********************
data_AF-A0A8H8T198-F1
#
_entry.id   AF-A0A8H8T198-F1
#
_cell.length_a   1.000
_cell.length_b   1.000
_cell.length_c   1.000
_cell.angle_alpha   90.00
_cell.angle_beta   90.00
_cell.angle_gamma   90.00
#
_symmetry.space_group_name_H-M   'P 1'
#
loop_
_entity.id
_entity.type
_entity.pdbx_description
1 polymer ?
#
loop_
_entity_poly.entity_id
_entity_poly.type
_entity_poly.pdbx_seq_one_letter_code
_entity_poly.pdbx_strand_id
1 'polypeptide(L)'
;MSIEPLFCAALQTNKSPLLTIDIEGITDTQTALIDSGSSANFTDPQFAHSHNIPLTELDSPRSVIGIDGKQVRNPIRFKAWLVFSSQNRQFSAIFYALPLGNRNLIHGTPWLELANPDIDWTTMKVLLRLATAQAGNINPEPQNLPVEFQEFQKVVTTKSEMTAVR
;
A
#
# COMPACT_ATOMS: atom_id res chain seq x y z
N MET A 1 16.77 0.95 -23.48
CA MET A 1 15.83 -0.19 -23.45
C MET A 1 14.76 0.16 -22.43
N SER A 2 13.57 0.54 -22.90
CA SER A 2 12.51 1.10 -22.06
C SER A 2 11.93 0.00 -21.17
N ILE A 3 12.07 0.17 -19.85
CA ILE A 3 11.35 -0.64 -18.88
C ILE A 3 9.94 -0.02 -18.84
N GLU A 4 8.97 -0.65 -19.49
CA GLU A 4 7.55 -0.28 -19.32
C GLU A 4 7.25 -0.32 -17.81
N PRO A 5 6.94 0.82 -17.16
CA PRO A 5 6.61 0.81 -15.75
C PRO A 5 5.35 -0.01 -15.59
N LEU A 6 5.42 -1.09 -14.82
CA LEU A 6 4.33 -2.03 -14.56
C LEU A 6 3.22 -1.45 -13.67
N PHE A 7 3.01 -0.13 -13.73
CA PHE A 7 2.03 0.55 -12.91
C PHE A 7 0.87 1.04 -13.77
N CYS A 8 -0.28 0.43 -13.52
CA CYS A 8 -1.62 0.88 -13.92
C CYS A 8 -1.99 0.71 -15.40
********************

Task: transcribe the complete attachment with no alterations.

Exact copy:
data_AF-A0A8H8T198-F1
#
_entry.id   AF-A0A8H8T198-F1
#
_cell.length_a   1.000
_cell.length_b   1.000
_cell.length_c   1.000
_cell.angle_alpha   90.00
_cell.angle_beta   90.00
_cell.angle_gamma   90.00
#
_symmetry.space_group_name_H-M   'P 1'
#
loop_
_entity.id
_entity.type
_entity.pdbx_description
1 polymer ?
#
loop_
_entity_poly.entity_id
_entity_poly.type
_entity_poly.pdbx_seq_one_letter_code
_entity_poly.pdbx_strand_id
1 'polypeptide(L)'
;MSIEPLFCAALQTNKSPLLTIDIEGITDTQTALIDSGSSANFTDPQFAHSHNIPLTELDSPRSVIGIDGKQVRNPIRFKAWLVFSSQNRQFSAIFYALPLGNRNLIHGTPWLELANPDIDWTTMKVLLRLATAQAGNINPEPQNLPVEFQEFQKVVTTKSEMTAVR
;
A
#
# COMPACT_ATOMS: atom_id res chain seq x y z
N MET A 1 16.77 0.95 -23.48
CA MET A 1 15.83 -0.19 -23.45
C MET A 1 14.76 0.16 -22.43
N SER A 2 13.57 0.54 -22.90
CA SER A 2 12.51 1.10 -22.06
C SER A 2 11.93 0.00 -21.17
N ILE A 3 12.07 0.17 -19.85
CA ILE A 3 11.35 -0.64 -18.88
C ILE A 3 9.94 -0.02 -18.84
N GLU A 4 8.97 -0.65 -19.49
CA GLU A 4 7.55 -0.28 -19.32
C GLU A 4 7.25 -0.32 -17.81
N PRO A 5 6.94 0.82 -17.16
CA PRO A 5 6.61 0.81 -15.75
C PRO A 5 5.35 -0.01 -15.59
N LEU A 6 5.42 -1.09 -14.82
CA LEU A 6 4.33 -2.03 -14.56
C LEU A 6 3.22 -1.45 -13.67
N PHE A 7 3.01 -0.13 -13.73
CA PHE A 7 2.03 0.55 -12.91
C PHE A 7 0.87 1.04 -13.77
N CYS A 8 -0.28 0.43 -13.52
CA CYS A 8 -1.62 0.88 -13.92
C CYS A 8 -1.99 0.71 -15.40